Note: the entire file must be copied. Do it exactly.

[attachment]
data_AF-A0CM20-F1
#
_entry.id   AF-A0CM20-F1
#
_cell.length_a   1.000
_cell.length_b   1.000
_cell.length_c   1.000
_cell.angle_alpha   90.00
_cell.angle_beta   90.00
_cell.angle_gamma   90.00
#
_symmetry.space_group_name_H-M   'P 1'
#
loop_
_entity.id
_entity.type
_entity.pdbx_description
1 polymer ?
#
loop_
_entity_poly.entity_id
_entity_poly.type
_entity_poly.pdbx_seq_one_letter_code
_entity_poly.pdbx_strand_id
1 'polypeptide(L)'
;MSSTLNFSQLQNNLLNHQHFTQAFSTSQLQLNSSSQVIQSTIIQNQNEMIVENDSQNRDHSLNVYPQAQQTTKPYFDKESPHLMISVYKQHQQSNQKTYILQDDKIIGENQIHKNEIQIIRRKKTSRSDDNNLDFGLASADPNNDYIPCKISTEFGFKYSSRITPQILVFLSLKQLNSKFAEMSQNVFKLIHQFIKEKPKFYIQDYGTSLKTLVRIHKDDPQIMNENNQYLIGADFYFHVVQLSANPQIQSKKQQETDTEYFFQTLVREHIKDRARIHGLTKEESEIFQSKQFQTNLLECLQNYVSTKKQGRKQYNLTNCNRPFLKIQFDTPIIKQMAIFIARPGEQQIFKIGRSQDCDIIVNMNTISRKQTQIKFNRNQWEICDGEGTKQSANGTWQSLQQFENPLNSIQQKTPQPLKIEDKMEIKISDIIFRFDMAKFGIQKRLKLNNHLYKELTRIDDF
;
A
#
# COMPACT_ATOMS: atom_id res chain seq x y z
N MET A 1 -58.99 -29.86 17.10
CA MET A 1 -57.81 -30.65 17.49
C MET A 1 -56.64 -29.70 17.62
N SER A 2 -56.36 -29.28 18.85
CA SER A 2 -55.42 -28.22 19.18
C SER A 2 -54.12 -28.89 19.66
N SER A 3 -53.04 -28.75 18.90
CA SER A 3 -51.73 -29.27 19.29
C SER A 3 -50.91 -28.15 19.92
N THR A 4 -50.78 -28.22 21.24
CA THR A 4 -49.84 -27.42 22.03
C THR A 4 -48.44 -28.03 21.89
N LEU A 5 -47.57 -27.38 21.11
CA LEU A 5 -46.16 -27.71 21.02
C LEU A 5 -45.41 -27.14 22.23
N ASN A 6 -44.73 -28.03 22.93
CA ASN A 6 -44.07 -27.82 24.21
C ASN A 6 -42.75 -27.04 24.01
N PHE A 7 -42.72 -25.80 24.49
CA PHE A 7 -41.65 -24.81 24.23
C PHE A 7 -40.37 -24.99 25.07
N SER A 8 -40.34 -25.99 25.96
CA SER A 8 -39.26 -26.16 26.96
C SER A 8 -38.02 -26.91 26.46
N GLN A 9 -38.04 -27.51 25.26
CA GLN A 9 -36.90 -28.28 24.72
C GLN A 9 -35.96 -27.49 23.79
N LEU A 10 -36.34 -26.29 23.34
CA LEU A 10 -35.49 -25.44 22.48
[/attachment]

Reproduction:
data_AF-A0CM20-F1
#
_entry.id   AF-A0CM20-F1
#
_cell.length_a   1.000
_cell.length_b   1.000
_cell.length_c   1.000
_cell.angle_alpha   90.00
_cell.angle_beta   90.00
_cell.angle_gamma   90.00
#
_symmetry.space_group_name_H-M   'P 1'
#
loop_
_entity.id
_entity.type
_entity.pdbx_description
1 polymer ?
#
loop_
_entity_poly.entity_id
_entity_poly.type
_entity_poly.pdbx_seq_one_letter_code
_entity_poly.pdbx_strand_id
1 'polypeptide(L)'
;MSSTLNFSQLQNNLLNHQHFTQAFSTSQLQLNSSSQVIQSTIIQNQNEMIVENDSQNRDHSLNVYPQAQQTTKPYFDKESPHLMISVYKQHQQSNQKTYILQDDKIIGENQIHKNEIQIIRRKKTSRSDDNNLDFGLASADPNNDYIPCKISTEFGFKYSSRITPQILVFLSLKQLNSKFAEMSQNVFKLIHQFIKEKPKFYIQDYGTSLKTLVRIHKDDPQIMNENNQYLIGADFYFHVVQLSANPQIQSKKQQETDTEYFFQTLVREHIKDRARIHGLTKEESEIFQSKQFQTNLLECLQNYVSTKKQGRKQYNLTNCNRPFLKIQFDTPIIKQMAIFIARPGEQQIFKIGRSQDCDIIVNMNTISRKQTQIKFNRNQWEICDGEGTKQSANGTWQSLQQFENPLNSIQQKTPQPLKIEDKMEIKISDIIFRFDMAKFGIQKRLKLNNHLYKELTRIDDF
;
A
#
# COMPACT_ATOMS: atom_id res chain seq x y z
N MET A 1 -58.99 -29.86 17.10
CA MET A 1 -57.81 -30.65 17.49
C MET A 1 -56.64 -29.70 17.62
N SER A 2 -56.36 -29.28 18.85
CA SER A 2 -55.42 -28.22 19.18
C SER A 2 -54.12 -28.89 19.66
N SER A 3 -53.04 -28.75 18.90
CA SER A 3 -51.73 -29.27 19.29
C SER A 3 -50.91 -28.15 19.92
N THR A 4 -50.78 -28.22 21.24
CA THR A 4 -49.84 -27.42 22.03
C THR A 4 -48.44 -28.03 21.89
N LEU A 5 -47.57 -27.38 21.11
CA LEU A 5 -46.16 -27.71 21.02
C LEU A 5 -45.41 -27.14 22.23
N ASN A 6 -44.73 -28.03 22.93
CA ASN A 6 -44.07 -27.82 24.21
C ASN A 6 -42.75 -27.04 24.01
N PHE A 7 -42.72 -25.80 24.49
CA PHE A 7 -41.65 -24.81 24.23
C PHE A 7 -40.37 -24.99 25.07
N SER A 8 -40.34 -25.99 25.96
CA SER A 8 -39.26 -26.16 26.96
C SER A 8 -38.02 -26.91 26.46
N GLN A 9 -38.04 -27.51 25.26
CA GLN A 9 -36.90 -28.28 24.72
C GLN A 9 -35.96 -27.49 23.79
N LEU A 10 -36.34 -26.29 23.34
CA LEU A 10 -35.49 -25.44 22.48